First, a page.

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  • Writer's pictureErika Bugbee, M.A.

Want to Coach Teens (or Anyone Else) but Feel Unqualified? Dispelling some Common Practitioner Myths

Part of my focus is on mentoring practitioners and coaches to build their practices, find their niche, and develop their confidence and presence with their clients.

To make today’s point, I’ll use examples of coaches wanting to work with young people, since people often feel insecure or uneasy about coaching young people more than adults.

Since I specialize in teens, and the demand for help in that population is huge and the number of providers are at an all-time low, there’s often an interest in working with them.

But what I hear over and over are the dozens of reasons why helping teens is something they could never be good at.

Here’s a few of the reasons people give me:

“My own teens roll their eyes when I talk, tell me I don’t get it, or I end up saying the wrong thing and making the situation worse.”

“My teens were never very troubled, not like the teens I hear about today. So how could I possibly help or relate with no experience to draw from?”

“I never really struggled myself. I did well in school, I had friends, I had the most boring childhood. Surely they’ll feel like I don’t get it. And maybe I don’t.”

“I haven’t raised kids of my own. Shouldn’t I have some first-hand experience talking to them and seeing what their world is like?”

While these may feel like valid concerns, we forge through all other areas of life with zero life experience.

Helping people is no different, even if the other person is your client and is struggling with something you’ve never been through.

But I find that practitioners so easily fall into doubt because they see their family and friends as ‘sample’ clients. And that’s not how it works.

The one thing practitioners often forget is that your teens, husband, or that friend you tried to help are very different from your clients in one important way: they’re not your clients. They didn’t invite you in.

I help lots of teens every day. Yet when it comes to my own kids, they want NOTHING to do with my help unless they ask (which they rarely do).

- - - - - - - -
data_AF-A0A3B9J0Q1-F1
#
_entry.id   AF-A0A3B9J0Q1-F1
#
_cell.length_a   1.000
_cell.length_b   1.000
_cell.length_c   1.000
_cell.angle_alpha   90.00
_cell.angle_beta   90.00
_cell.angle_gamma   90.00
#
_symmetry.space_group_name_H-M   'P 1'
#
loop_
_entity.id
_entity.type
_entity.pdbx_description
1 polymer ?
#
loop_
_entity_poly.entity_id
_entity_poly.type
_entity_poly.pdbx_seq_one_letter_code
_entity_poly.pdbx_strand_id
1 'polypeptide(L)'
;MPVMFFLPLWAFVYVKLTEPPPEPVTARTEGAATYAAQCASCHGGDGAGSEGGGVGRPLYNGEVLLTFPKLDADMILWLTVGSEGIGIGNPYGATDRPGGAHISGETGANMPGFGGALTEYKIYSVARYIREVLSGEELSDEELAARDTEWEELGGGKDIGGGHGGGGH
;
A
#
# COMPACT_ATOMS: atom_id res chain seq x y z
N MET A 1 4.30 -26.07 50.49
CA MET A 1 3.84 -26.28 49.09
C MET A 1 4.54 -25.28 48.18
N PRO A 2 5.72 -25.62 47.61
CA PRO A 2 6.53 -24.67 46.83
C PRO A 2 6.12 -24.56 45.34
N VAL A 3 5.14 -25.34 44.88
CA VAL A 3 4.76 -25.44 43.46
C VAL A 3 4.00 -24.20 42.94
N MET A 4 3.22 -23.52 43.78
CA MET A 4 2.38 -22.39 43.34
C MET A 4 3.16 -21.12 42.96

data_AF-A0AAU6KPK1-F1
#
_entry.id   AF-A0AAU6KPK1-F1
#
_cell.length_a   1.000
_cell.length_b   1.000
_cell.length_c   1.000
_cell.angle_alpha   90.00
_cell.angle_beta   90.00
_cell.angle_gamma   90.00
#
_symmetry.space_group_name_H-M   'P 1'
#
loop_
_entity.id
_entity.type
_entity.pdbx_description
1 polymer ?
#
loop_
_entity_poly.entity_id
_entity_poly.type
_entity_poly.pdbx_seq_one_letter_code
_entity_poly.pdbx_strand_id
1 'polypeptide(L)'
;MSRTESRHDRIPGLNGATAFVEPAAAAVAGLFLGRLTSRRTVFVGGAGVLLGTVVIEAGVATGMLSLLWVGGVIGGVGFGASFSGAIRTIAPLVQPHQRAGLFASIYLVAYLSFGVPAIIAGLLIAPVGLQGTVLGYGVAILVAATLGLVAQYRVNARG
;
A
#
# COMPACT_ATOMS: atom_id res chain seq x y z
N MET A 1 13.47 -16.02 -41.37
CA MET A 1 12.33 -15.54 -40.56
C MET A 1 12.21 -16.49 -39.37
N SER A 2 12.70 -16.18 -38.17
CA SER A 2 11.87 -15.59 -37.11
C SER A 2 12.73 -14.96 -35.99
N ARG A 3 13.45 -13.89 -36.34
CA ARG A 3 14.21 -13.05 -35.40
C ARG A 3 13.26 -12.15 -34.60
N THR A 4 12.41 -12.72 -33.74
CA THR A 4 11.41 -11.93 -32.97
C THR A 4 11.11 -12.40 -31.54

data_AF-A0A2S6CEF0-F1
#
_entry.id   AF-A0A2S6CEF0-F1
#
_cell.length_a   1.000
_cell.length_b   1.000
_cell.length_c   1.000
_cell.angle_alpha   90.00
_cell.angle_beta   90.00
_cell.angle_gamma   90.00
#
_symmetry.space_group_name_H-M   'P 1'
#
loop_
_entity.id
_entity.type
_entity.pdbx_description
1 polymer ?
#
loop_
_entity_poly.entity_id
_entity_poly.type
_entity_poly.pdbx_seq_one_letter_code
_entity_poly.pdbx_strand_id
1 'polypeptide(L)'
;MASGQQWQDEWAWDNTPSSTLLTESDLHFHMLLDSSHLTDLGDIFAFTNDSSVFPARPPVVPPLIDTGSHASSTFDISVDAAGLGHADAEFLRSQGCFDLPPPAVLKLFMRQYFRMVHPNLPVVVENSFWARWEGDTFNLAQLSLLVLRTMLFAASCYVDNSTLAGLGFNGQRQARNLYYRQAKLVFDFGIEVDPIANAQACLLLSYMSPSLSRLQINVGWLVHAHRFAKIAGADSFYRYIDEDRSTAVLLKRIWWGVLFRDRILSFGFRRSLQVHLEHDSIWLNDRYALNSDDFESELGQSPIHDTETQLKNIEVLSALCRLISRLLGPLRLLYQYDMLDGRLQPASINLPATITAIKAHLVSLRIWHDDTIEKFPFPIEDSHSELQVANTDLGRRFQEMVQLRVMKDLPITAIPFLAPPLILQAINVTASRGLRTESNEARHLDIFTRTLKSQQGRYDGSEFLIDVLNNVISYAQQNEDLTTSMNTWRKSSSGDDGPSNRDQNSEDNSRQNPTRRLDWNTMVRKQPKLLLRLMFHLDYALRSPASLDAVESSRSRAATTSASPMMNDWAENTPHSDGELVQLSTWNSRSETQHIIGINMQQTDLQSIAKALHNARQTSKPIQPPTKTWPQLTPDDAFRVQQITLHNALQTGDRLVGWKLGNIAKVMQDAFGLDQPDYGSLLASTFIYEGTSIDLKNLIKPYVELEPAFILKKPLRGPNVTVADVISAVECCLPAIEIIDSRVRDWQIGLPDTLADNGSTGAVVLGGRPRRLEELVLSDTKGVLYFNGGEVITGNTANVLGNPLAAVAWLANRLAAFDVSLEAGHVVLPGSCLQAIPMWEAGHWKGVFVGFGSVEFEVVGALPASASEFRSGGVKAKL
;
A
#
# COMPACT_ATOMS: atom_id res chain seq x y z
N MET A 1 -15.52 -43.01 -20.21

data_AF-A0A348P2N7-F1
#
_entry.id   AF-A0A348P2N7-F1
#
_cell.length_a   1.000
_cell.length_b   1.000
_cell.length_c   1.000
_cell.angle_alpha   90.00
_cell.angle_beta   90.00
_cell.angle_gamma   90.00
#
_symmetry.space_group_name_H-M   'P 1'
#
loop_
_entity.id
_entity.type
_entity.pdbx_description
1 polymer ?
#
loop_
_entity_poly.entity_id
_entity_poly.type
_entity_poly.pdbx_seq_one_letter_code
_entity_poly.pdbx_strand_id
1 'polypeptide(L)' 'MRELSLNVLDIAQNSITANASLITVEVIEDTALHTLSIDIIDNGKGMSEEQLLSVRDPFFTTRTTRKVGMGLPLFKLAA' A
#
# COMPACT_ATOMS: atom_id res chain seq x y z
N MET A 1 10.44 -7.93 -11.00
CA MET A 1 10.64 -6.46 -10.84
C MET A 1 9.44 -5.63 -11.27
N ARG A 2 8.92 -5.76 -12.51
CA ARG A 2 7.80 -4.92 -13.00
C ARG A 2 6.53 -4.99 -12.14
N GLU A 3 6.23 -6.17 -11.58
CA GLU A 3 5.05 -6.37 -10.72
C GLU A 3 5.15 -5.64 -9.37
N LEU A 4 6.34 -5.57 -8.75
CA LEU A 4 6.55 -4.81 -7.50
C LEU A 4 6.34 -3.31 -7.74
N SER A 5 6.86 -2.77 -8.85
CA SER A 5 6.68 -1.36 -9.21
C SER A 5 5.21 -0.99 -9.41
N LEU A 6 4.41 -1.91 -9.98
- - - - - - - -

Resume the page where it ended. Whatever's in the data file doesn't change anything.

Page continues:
And when I forget and try to help without being invited, I get the eye-roll too.

If you’re starting a coaching practice, don’t judge your helping and rapport skills on your attempts to help your family and friends.

Your clients will be people that seek your help, and sacrifice their time and money to talk to you. They’re ready and interested.

They’ve invited you in.

You know when you shop and want to browse a store on your own, but some salesperson hovers, tries to make small-talk, and won’t go away even though you're borderline rude?

That's your teen. And we're the annoying sales people.

Your teens are not like clients looking for help. And they’re not receptive no matter how experienced you are.

Yet when I went to buy a wireless headset last week, I tracked down a sales person, and asked them all my questions. I wanted help, listened, and was happy for even the smallest amount of info he had. That’s who your clients are.

The potential to feel fully confident is available for any practitioner. It doesn’t matter whether they have the ‘right’ kind of background of experience. The desire to help, listen, bring some new perspective and a fresh set of eyes - that’s what actually matters.

Your 'credentials' and background aren't a factor.

And anyone that cares enough about people to pursue a coaching path has all those things inside them already.

That’s what today’s video is about.

This is the kind of topic I cover in my practitioner mentoring programs. If you're interested in 1:1 or group training programs, visit the 'Practitioner' tab on my website.

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